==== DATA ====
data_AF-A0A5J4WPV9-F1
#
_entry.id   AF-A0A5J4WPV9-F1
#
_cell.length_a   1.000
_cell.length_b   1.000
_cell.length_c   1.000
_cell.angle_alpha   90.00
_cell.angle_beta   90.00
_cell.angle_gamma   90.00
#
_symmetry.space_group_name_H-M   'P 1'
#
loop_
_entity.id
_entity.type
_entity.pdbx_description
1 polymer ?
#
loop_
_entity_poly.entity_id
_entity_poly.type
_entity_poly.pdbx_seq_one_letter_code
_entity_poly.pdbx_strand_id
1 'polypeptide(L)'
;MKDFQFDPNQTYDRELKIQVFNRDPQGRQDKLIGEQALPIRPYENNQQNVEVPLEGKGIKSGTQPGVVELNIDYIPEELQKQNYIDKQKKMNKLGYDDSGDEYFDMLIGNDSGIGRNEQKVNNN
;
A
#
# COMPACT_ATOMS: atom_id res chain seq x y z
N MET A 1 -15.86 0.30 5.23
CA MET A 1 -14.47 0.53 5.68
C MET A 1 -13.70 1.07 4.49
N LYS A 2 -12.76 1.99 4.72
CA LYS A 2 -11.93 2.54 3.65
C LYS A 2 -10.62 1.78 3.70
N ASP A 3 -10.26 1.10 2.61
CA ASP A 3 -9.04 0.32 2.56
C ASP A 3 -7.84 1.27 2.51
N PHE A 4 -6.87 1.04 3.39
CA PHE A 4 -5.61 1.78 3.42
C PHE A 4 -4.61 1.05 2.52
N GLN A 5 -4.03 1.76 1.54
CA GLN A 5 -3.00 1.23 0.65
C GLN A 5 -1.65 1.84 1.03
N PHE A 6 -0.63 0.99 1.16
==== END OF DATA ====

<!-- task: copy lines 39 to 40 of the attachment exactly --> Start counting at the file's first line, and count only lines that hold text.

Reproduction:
C ASP A 3 -7.84 1.27 2.51
N PHE A 4 -6.87 1.04 3.39